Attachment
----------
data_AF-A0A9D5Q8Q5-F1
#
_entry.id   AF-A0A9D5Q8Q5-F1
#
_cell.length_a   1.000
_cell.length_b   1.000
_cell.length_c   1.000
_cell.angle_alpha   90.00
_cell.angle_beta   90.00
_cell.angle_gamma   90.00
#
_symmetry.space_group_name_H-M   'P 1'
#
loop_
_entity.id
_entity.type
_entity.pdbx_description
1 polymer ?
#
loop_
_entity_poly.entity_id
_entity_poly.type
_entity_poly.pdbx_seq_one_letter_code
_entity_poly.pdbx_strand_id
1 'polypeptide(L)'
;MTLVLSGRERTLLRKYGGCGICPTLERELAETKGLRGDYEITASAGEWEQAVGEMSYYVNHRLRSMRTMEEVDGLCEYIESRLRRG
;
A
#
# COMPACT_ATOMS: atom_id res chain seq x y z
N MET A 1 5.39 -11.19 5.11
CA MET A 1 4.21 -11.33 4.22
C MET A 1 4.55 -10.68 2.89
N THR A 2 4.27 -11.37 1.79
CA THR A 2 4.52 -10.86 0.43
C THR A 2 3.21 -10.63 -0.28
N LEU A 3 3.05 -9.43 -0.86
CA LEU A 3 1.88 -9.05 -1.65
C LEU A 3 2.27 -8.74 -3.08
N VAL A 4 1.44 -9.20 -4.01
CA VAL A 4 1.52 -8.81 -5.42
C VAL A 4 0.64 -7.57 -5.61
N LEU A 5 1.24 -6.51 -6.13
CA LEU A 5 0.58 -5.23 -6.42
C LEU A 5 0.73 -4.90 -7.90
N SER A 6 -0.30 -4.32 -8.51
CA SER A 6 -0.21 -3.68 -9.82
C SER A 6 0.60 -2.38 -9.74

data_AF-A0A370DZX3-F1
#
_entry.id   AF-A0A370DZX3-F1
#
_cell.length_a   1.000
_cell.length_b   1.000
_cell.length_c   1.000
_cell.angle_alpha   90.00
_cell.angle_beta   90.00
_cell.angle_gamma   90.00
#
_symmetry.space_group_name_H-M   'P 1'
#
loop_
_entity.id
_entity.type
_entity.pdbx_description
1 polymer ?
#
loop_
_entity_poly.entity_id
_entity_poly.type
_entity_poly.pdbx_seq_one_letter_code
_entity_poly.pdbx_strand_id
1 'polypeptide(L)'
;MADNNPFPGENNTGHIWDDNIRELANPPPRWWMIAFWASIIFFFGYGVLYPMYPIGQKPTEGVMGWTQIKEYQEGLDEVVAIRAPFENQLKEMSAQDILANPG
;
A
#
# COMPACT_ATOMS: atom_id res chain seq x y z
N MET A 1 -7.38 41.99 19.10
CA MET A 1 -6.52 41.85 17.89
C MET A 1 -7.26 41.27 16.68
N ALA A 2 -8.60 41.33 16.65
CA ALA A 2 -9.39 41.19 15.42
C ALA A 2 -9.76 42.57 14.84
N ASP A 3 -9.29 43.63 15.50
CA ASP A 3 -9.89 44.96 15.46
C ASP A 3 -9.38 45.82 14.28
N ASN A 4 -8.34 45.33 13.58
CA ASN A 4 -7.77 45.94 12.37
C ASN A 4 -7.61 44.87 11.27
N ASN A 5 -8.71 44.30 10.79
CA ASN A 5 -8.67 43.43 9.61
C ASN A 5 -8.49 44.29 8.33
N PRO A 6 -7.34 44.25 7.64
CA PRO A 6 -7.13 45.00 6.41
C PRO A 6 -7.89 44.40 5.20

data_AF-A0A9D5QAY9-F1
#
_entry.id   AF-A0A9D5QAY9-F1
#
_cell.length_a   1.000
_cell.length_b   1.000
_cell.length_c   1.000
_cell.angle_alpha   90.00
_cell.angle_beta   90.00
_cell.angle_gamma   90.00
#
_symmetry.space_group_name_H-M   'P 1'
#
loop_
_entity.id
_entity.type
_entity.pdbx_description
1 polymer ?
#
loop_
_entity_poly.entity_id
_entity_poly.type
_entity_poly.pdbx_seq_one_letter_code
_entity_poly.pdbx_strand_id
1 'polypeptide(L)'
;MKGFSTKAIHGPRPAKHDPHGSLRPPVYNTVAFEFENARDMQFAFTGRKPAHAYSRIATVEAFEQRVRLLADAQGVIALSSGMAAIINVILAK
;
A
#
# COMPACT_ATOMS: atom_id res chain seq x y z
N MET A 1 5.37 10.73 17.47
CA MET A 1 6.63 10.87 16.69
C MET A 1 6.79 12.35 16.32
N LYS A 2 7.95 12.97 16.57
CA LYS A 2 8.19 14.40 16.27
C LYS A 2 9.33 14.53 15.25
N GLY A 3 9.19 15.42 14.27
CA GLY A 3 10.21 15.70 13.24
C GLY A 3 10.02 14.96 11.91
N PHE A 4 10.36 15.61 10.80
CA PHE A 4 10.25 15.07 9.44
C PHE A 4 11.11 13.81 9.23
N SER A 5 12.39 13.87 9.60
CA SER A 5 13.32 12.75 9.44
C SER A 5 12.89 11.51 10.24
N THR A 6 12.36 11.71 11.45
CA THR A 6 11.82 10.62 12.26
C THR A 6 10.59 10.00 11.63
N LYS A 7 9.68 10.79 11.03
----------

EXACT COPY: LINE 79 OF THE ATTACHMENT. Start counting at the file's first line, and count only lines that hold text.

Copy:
N MET A 1 -7.38 41.99 19.10